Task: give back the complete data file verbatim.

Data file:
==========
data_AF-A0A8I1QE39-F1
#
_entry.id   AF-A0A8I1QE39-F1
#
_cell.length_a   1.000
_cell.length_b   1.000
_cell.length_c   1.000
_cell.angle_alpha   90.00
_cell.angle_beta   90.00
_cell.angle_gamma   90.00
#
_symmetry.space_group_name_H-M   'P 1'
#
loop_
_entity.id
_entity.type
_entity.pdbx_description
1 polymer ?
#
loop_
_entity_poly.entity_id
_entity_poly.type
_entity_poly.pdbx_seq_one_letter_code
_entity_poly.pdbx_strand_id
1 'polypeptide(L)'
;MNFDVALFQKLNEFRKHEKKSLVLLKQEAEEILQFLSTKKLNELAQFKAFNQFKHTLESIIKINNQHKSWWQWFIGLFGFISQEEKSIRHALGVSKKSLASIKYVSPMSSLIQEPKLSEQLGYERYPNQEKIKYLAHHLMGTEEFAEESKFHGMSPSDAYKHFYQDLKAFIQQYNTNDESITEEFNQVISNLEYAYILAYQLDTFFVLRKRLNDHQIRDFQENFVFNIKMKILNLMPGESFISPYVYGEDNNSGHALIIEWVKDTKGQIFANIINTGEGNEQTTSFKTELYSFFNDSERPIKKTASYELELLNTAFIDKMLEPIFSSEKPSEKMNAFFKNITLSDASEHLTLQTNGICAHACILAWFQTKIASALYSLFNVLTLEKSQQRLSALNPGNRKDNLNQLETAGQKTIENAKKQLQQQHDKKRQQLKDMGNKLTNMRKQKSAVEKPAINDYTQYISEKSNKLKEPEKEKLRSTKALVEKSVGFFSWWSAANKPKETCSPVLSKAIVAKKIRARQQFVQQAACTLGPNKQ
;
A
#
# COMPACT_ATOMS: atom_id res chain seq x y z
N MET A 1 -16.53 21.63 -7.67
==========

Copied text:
data_AF-A0A8I1QE39-F1
#
_entry.id   AF-A0A8I1QE39-F1
#
_cell.length_a   1.000
_cell.length_b   1.000
_cell.length_c   1.000
_cell.angle_alpha   90.00
_cell.angle_beta   90.00
_cell.angle_gamma   90.00
#
_symmetry.space_group_name_H-M   'P 1'
#
loop_
_entity.id
_entity.type
_entity.pdbx_description
1 polymer ?
#
loop_
_entity_poly.entity_id
_entity_poly.type
_entity_poly.pdbx_seq_one_letter_code
_entity_poly.pdbx_strand_id
1 'polypeptide(L)'
;MNFDVALFQKLNEFRKHEKKSLVLLKQEAEEILQFLSTKKLNELAQFKAFNQFKHTLESIIKINNQHKSWWQWFIGLFGFISQEEKSIRHALGVSKKSLASIKYVSPMSSLIQEPKLSEQLGYERYPNQEKIKYLAHHLMGTEEFAEESKFHGMSPSDAYKHFYQDLKAFIQQYNTNDESITEEFNQVISNLEYAYILAYQLDTFFVLRKRLNDHQIRDFQENFVFNIKMKILNLMPGESFISPYVYGEDNNSGHALIIEWVKDTKGQIFANIINTGEGNEQTTSFKTELYSFFNDSERPIKKTASYELELLNTAFIDKMLEPIFSSEKPSEKMNAFFKNITLSDASEHLTLQTNGICAHACILAWFQTKIASALYSLFNVLTLEKSQQRLSALNPGNRKDNLNQLETAGQKTIENAKKQLQQQHDKKRQQLKDMGNKLTNMRKQKSAVEKPAINDYTQYISEKSNKLKEPEKEKLRSTKALVEKSVGFFSWWSAANKPKETCSPVLSKAIVAKKIRARQQFVQQAACTLGPNKQ
;
A
#
# COMPACT_ATOMS: atom_id res chain seq x y z
N MET A 1 -16.53 21.63 -7.67